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Noah Zivitz

Managing Editor, BNN Bloomberg


We’ve been wondering how major Canadian retail companies would fare after Walmart and a long list of other U.S. retailers got walloped in recent weeks amid warnings about inflationary pressures and inventory woes, among other headaches. Today, we heard from Canadian Tire, and it missed adjusted profit expectations by a wide margin ($3.11 versus $3.60). While expenses jumped in its retail unit due to marketing costs and having more stores open, the real drag on profit was because of its lower-profile finance operations. Kumutha will dig into that.



Cineplex is profitable again. The movie theatre operator posted $1.3 million in net income in the second quarter, marking a milestone after a punishing couple of years of pandemic existence. Attendance surged 866 per cent (!) year-over-year, thanks to a lineup of blockbusters that inspired movie theatres to chow down: concession revenue per patron climbed to a record of $8.84 in the quarter. Apart from the results, there’s also this interesting nugget in the release: Cineplex said it has retained Moelis & Company as a financial advisor to help “maximize and monetize the value” of the judgment in the legal fight with Cineworld, stemming from the failed takeover attempt. That judgment $1.24 billion in damages owed to Cineplex, is heading to the Ontario Court of Appeals next month. Cineplex CEO Ellis Jacob joins us at 1:10 p.m. EDT.

Canada Goose’s second-quarter revenue surged 24.2 per cent, which Chief Executive Dani Reiss said “reflect strong early leading indicators.” We should be wondering how those indicators will hold up with persistent inflation and recession worries. Or maybe those worries aren’t as pronounced for the company’s affluent clientele.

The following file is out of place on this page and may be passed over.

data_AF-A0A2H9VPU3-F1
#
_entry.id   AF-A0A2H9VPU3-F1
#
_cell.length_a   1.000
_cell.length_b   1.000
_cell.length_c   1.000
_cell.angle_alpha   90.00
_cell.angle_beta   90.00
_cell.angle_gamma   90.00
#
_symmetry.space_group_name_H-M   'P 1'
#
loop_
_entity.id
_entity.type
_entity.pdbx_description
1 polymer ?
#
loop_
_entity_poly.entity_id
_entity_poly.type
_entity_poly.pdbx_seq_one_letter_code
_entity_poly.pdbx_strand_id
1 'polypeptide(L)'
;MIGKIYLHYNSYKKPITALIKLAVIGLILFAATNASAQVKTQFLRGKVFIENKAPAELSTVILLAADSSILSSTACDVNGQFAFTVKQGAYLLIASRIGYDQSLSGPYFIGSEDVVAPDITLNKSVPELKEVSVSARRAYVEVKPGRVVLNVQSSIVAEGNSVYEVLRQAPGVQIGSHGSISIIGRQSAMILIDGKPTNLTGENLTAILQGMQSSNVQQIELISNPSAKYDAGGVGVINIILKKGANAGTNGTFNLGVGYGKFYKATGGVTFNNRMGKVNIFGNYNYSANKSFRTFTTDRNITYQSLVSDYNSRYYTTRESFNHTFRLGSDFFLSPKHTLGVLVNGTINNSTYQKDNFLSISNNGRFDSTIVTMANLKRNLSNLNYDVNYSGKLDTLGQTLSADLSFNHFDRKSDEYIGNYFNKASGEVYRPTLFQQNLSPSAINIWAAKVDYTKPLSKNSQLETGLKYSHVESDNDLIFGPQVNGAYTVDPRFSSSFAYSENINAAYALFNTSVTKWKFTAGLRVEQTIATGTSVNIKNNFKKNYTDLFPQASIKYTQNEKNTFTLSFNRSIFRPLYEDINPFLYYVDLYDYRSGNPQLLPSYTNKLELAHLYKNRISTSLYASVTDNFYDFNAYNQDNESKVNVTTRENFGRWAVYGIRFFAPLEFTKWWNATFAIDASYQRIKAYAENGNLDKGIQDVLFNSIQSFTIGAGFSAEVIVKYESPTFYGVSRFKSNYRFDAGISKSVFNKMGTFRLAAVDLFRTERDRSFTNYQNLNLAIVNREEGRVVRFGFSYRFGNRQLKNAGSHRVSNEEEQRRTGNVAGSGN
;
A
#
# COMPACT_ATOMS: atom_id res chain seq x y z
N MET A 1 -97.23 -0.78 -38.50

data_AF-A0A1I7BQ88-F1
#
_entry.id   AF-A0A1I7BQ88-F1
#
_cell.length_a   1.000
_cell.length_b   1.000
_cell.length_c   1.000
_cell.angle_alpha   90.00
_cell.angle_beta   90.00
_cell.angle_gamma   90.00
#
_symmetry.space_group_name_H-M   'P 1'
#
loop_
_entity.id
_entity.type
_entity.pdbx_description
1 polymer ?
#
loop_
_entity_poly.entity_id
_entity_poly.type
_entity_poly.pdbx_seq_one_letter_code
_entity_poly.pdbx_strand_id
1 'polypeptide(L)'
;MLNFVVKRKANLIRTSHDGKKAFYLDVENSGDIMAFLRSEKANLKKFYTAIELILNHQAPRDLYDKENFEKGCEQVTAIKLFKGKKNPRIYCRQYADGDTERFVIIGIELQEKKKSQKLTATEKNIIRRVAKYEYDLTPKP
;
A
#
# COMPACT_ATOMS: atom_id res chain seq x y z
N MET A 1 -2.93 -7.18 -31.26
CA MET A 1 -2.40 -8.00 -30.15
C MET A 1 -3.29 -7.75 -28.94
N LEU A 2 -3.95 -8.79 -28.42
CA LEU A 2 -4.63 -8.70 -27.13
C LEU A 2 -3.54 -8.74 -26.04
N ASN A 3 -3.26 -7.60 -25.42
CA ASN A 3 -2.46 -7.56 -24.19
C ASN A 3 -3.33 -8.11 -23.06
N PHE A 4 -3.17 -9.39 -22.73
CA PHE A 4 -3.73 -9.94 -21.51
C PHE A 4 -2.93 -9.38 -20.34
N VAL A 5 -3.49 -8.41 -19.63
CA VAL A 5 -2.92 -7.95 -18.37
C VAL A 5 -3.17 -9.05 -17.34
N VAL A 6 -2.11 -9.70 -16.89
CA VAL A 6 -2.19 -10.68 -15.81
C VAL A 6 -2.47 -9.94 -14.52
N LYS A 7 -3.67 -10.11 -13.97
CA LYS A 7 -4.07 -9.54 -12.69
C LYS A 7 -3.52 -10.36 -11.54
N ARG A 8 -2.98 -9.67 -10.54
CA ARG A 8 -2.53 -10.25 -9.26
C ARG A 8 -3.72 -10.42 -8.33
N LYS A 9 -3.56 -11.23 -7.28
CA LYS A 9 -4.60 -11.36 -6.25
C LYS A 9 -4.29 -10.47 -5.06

Business is booming at Pizza Pizza. The ubiquitous chain’s royalty corporation said after markets closed yesterday that its same-store sales surged 20.3 per cent in the second quarter. A year ago, those sales at stores open at least a year inched up 0.8 per cent. CEO Paul Goddard joins us at 9:40 a.m. EDT.

Indigo Books & Music’s revenue jumped 18.9 per cent year-over-year in the second quarter amid what the company described in a release as a “resurgence of reading” — thanks in part to its partnership with TikTok. Nevertheless, it posted a wider adjusted loss due to the usual (supply chain, inflation, etc.) drags on margins.



U.S. futures are suggesting there’s still some fuel it the tank after yesterday’s relief rally that was catalyzed by U.S. inflation at a mere 8.5 per cent. And we’ve got another gauge of price trends this morning, as the U.S. producer price index eased up in July, with a 9.8 per cent year-over-year rise (from 11.3 per cent in June). We’ll flag here the S&P/TSX Composite Index closed yesterday at its highest level in two months thanks to many of the usual suspects, including Brookfield Asset Management, which this morning said it raised a record US$56 billion since the end of the first quarter and highlighted “a number of attractive investment opportunities.” Also of note in the context of market moves: the Canada Pension Plan Investment Board this morning posted a rare negative return (4.2 per cent) due largely to losses in its exposure to public equities.